“Starbucks shut down—I mean, Starbucks!—doesn’t have the backbone to stay in our neighborhood because they cannot handle the safety issue for their own customers, their own staff,” he said.
Mr. Bescher also pointed to the shuttered Walgreens flagship store in the area and a business that has been in The Broadway Hollywood building for a decade that’s about to fold.
Hollywood was once a destination for people to go shopping, Mr. Henricks said.
“It was beautiful shoe stores and dress stores and florists. And there isn’t anything here for us residents, really,” he said.
Earlier in the meeting, Mr. Soto-Martinez said, “Hollywood doesn’t have a neighborhood character.” He pointed to Santa Monica as possible inspiration, but an attendee suggested Old Town Pasadena would be a better model.
However, when Mr. Soto-Martinez suggested that investment could similarly transform Hollywood, a woman in the audience remarked quietly to her neighbors, “The Pasadena Police Department is more aggressive.”
The councilman said he wasn’t opposed to enforcing laws, but that we should also “see the nuances of someone who is living on the street, stealing a toothpaste,” and distinguish that from the organized retail theft that has skyrocketed in Los Angeles in recent years.
The El Centro Avenue and Hollywood Boulevard intersection received an Inside Safe cleanup operation in 2023. (Courtesy of The Hollywood Partnership)

The El Centro Avenue and Hollywood Boulevard intersection received an Inside Safe cleanup operation in 2023. (Courtesy of The Hollywood Partnership)

“Hold those folks accountable,” Mr. Soto-Martinez said, “but let’s not lose sight of the ‘why.’”
In fact, he said, “I actually agree that we’ve gotten a little too far.”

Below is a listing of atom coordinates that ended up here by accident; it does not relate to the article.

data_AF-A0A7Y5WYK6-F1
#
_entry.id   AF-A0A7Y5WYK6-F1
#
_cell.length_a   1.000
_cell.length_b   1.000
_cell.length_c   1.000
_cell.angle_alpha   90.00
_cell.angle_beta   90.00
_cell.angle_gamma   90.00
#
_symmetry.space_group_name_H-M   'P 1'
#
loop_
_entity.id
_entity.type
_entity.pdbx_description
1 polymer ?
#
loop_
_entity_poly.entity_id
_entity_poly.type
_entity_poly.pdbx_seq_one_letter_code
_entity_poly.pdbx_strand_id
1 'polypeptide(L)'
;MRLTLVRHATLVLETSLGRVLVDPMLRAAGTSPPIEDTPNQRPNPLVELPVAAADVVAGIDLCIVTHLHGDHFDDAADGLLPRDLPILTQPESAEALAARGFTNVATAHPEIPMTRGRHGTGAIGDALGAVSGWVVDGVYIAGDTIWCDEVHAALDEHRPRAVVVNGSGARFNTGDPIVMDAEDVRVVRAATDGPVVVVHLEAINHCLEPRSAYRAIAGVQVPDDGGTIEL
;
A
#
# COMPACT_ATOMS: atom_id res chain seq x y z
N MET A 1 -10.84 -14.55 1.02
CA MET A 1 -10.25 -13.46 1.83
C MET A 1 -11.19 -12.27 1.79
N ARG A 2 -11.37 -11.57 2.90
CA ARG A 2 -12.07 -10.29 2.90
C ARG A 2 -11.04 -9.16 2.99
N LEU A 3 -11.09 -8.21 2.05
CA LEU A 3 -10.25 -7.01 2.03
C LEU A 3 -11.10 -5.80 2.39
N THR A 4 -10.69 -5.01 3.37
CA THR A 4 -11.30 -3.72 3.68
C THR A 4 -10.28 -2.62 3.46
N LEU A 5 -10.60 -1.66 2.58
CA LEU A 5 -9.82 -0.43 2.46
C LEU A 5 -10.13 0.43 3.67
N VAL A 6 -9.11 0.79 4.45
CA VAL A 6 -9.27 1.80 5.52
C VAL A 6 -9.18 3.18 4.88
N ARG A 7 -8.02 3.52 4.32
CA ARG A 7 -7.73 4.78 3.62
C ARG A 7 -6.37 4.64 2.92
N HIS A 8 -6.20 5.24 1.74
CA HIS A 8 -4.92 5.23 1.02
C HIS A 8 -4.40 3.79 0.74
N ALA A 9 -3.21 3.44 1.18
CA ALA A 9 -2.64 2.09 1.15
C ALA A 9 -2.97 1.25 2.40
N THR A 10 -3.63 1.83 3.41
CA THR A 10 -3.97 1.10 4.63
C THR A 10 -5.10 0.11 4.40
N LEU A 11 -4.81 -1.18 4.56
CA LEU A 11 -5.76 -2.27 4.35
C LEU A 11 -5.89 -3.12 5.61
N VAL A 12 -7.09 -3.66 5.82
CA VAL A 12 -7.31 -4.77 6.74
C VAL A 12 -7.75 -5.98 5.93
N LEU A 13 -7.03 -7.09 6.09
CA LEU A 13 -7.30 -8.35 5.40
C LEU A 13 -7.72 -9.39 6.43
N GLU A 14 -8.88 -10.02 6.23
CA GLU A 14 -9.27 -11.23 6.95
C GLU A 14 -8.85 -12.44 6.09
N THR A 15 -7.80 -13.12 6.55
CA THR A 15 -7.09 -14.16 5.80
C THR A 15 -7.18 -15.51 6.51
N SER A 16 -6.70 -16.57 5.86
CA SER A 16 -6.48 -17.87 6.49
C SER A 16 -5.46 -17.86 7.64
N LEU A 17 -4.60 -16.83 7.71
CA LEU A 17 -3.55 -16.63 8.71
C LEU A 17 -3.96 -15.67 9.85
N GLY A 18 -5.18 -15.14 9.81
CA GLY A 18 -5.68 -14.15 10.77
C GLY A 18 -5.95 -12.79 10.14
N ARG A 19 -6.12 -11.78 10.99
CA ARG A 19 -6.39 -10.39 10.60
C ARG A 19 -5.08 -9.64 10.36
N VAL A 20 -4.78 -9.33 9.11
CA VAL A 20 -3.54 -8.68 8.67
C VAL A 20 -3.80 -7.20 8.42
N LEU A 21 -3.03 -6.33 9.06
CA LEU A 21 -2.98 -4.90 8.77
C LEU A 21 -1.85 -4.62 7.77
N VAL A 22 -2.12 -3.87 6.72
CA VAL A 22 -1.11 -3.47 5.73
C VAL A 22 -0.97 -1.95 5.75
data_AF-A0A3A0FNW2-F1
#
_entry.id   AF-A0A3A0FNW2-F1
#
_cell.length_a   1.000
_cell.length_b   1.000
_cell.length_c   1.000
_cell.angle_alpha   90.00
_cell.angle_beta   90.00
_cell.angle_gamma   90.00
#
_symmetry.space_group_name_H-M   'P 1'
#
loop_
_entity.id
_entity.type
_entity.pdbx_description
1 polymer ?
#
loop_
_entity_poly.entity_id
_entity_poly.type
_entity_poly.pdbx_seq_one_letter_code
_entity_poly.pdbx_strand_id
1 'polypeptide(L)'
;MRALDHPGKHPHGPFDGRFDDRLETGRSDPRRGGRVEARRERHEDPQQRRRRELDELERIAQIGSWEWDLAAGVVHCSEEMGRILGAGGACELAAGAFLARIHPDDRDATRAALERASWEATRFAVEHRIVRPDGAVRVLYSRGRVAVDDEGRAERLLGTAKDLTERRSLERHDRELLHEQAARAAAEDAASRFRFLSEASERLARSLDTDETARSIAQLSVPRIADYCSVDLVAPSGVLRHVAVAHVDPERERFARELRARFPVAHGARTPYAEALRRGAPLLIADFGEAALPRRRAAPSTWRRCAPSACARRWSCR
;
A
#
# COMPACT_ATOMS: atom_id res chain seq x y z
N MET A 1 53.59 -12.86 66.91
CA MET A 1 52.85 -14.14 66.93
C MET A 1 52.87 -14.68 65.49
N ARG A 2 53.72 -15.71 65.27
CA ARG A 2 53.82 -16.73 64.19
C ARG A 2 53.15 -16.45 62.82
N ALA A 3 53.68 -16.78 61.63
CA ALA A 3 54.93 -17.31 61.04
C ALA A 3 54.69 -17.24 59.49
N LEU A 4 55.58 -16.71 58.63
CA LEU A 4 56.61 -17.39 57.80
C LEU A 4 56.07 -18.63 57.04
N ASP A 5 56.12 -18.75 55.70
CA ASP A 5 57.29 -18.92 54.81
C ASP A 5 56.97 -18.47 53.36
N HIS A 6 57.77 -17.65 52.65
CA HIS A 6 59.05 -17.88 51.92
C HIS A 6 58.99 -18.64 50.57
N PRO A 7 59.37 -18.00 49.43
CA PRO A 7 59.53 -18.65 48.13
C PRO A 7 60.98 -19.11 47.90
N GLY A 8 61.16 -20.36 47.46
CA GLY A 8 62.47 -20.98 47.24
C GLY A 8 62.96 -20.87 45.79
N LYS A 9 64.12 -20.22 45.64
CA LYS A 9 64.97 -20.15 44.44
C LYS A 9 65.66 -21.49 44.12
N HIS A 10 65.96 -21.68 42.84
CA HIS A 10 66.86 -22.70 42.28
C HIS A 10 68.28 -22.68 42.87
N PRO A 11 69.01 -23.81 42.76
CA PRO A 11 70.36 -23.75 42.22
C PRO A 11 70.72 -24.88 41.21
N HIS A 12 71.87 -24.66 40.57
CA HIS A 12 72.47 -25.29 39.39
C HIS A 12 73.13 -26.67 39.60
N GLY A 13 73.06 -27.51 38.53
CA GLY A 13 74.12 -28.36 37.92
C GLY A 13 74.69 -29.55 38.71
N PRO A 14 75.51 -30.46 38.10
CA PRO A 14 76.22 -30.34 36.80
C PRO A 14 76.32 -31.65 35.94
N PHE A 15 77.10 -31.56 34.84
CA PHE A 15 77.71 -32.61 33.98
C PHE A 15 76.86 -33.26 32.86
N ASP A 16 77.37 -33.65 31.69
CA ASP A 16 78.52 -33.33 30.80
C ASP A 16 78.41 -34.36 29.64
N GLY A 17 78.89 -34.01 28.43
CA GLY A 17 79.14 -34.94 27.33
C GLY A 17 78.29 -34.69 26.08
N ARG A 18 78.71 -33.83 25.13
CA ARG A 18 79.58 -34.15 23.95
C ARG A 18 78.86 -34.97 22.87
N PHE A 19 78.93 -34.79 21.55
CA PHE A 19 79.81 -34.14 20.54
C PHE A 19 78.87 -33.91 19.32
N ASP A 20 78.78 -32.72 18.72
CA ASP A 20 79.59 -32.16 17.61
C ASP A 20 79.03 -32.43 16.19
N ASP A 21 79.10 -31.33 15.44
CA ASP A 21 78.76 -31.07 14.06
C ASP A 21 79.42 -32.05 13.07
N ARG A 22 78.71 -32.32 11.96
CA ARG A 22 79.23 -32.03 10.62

During the meeting, Mr. Soto-Martinez recalled being a “troubled youth,” a dropout on probation as a juvenile.
“And there was enough of a stick to say, ‘Hey, you know what? You keep doing this, you’ll end up worse.’ It was more carrot, but a little stick, too,” he said.
Some business owners during the two-hour meeting described long response times when they call the police, and suspects invariably gone before police arrive.
To that, Mr. Soto-Martinez suggested training employees to not call 911, and instead opt for the city’s “underutilized” Crisis and Incident Response through Community-Led Engagement (CIRCLE) team, which deploys mental health workers and those “with lived experience” to address nonviolent calls related to homelessness.
Todd Warner, who owns Tailwaggers, a chain of pet stores, including one in Hollywood, told the councilman that his employees have been attacked, both walking to work and inside the store.
“What we constantly see here is there’s not enough accountability,” Mr. Warner said. “I’m also a recovering crystal meth addict, I’ve been in recovery for over 10 years, and I know if there wasn’t some accountability I would still be out there.”